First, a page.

Collaborative community care management enhancing homecare for people with advanced HIV disease: care planning between nursing and social care consultants, London, United Kingdom

Corbett, Kevin and Sharpe, Brian (1993) Collaborative community care management enhancing homecare for people with advanced HIV disease: care planning between nursing and social care consultants, London, United Kingdom. In: First International Conference On Home Health Care For AIDS Patients, October 5th to 8th 1993, Palais des Congres Internationaux de Lyon, Lyon, France.

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Abstract

Establishing, assessing and matching needs with available services and client expectations is the essence of joint community care planning, within the new United Kingdom legislation (1). Continuous audit and case review by two fieldworkers have described common themes and recurrent scenarios in community HIV care management within health and social care structures. This poster describes working scenarios, care management practice and care issues encountered by two HIV service consultants: Community Care Coordinator (CCC) and Clinical Nurse Specialist (CNS) within one inner London borough and the coterminous health district, respectively.

The community care coordinator for HIV (CCC) within the Islington Neighbourhood Services department provides access to and advice about, the available social and housing services for people living with HIV-related disease. The postholder offers referral to other agencies, a dedicated casework service and an advisory role to field social workers, homecare organisers, community occupational therapists and various social services personnel. A specialist domiciliary home care team is available and operates within the borough's existing generic structure for domiciliary care.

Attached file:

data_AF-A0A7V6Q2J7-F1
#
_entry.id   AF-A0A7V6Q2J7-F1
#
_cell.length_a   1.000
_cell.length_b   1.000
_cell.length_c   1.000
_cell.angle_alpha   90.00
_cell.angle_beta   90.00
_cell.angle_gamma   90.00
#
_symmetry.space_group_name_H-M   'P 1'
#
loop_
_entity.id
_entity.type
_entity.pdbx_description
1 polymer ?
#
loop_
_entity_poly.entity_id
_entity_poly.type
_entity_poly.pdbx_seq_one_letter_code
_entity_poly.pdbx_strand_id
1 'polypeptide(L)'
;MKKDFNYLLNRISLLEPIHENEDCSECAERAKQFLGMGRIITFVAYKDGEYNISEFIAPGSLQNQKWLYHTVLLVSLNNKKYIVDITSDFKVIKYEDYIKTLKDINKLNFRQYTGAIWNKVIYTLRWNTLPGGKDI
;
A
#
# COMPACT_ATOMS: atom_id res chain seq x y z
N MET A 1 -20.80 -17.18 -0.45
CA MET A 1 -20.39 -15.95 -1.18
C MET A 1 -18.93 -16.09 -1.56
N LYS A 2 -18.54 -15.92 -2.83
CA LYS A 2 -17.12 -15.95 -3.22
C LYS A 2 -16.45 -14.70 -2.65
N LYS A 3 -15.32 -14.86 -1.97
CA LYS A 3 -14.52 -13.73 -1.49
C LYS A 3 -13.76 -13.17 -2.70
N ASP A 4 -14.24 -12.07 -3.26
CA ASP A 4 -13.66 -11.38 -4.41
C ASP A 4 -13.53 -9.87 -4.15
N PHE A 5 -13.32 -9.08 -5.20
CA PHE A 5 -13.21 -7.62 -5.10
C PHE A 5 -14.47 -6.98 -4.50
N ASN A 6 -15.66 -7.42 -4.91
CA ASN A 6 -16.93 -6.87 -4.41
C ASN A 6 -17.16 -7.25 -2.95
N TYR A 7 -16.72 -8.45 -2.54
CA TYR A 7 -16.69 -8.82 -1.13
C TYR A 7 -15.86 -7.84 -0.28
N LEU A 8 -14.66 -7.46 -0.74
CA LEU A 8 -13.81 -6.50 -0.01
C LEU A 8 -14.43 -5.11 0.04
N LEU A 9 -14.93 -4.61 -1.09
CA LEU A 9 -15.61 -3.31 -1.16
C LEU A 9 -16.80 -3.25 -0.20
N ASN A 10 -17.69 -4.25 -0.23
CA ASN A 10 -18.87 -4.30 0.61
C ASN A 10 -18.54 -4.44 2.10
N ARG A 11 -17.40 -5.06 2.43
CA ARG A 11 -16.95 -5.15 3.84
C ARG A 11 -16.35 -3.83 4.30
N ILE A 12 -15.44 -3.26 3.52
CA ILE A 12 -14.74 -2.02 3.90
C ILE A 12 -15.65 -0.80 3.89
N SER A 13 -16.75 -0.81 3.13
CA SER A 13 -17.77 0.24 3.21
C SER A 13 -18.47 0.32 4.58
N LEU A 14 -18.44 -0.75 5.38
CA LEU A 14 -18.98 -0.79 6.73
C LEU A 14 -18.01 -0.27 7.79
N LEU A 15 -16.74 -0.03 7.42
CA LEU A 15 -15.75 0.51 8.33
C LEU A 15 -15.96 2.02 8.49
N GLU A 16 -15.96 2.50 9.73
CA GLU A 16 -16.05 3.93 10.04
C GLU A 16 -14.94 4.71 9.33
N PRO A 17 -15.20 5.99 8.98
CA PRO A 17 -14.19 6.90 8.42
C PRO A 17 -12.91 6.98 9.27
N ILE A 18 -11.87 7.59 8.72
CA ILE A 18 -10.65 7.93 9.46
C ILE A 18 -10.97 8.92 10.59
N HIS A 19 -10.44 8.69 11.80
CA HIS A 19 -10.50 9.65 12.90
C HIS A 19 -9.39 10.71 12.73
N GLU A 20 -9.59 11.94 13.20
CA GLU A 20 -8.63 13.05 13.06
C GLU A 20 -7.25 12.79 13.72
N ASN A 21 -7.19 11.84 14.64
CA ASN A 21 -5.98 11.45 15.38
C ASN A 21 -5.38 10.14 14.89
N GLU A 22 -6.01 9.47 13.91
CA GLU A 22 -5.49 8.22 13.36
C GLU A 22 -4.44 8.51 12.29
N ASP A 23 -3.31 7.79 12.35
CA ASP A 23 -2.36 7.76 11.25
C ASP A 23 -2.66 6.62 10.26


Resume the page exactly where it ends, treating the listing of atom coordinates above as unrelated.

The clinical nurse specialist HIV/AIDS (CNS) within Camden and Islington Community Services NHS Trust, provides a consultant nursing service in association with and complimentary to, the existing generic nursing services. The postholder offers clinical support and advice to clients, health and social care professionals, in order to maximise the involvement of primary health care teams in homecare provision. Furthermore, education and training for health care professionals in clinical manifestations, intravenous therapy, treatments and psychosocial care is available within the CNS-led continuing education programme (2).

Access to both postholders by field staff is increased through message pager aircall. CCC and CNS work jointly on casework, liaising with and working alongside their colleagues in health and social services structures to provide client care management (3). The case studies presented from monthly audit and case review are recurrent and typical of the workload together with the difficulties associated with trying to maintain quality care with cost-limited community resources, blending generic and specialist services for clients with HIV disease.

Item Type: Conference or Workshop Item (Poster)
Research Areas: A. > School of Health and Education > Adult, Child and Midwifery
Item ID: 17769
Depositing User: Kevin Corbett
Date Deposited: 30 Sep 2015 10:28
Last Modified: 05 Jun 2019 17:47
URI: https://eprints.mdx.ac.uk/id/eprint/17769

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